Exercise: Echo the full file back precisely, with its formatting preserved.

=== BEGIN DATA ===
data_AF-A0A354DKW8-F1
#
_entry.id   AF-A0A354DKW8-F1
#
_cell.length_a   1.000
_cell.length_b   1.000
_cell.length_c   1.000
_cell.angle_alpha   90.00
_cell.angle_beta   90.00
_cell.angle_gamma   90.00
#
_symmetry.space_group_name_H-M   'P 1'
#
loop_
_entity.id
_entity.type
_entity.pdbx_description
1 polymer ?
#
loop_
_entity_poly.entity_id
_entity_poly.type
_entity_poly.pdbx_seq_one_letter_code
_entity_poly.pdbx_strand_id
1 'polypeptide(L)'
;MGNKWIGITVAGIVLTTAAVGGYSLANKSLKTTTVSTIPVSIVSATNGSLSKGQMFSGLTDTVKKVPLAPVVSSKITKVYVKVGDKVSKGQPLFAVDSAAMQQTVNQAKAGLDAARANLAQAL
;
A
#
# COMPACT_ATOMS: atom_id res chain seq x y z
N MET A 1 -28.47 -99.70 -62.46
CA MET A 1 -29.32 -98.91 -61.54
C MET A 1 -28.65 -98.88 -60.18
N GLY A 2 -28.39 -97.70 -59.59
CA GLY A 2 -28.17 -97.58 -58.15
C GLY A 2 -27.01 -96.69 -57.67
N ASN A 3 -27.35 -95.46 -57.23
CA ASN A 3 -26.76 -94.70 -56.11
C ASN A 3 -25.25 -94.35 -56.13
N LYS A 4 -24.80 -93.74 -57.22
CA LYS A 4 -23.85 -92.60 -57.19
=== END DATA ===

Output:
data_AF-A0A354DKW8-F1
#
_entry.id   AF-A0A354DKW8-F1
#
_cell.length_a   1.000
_cell.length_b   1.000
_cell.length_c   1.000
_cell.angle_alpha   90.00
_cell.angle_beta   90.00
_cell.angle_gamma   90.00
#
_symmetry.space_group_name_H-M   'P 1'
#
loop_
_entity.id
_entity.type
_entity.pdbx_description
1 polymer ?
#
loop_
_entity_poly.entity_id
_entity_poly.type
_entity_poly.pdbx_seq_one_letter_code
_entity_poly.pdbx_strand_id
1 'polypeptide(L)'
;MGNKWIGITVAGIVLTTAAVGGYSLANKSLKTTTVSTIPVSIVSATNGSLSKGQMFSGLTDTVKKVPLAPVVSSKITKVYVKVGDKVSKGQPLFAVDSAAMQQTVNQAKAGLDAARANLAQAL
;
A
#
# COMPACT_ATOMS: atom_id res chain seq x y z
N MET A 1 -28.47 -99.70 -62.46
CA MET A 1 -29.32 -98.91 -61.54
C MET A 1 -28.65 -98.88 -60.18
N GLY A 2 -28.39 -97.70 -59.59
CA GLY A 2 -28.17 -97.58 -58.15
C GLY A 2 -27.01 -96.69 -57.67
N ASN A 3 -27.35 -95.46 -57.23
CA ASN A 3 -26.76 -94.70 -56.11
C ASN A 3 -25.25 -94.35 -56.13
N LYS A 4 -24.80 -93.74 -57.22
CA LYS A 4 -23.85 -92.60 -57.19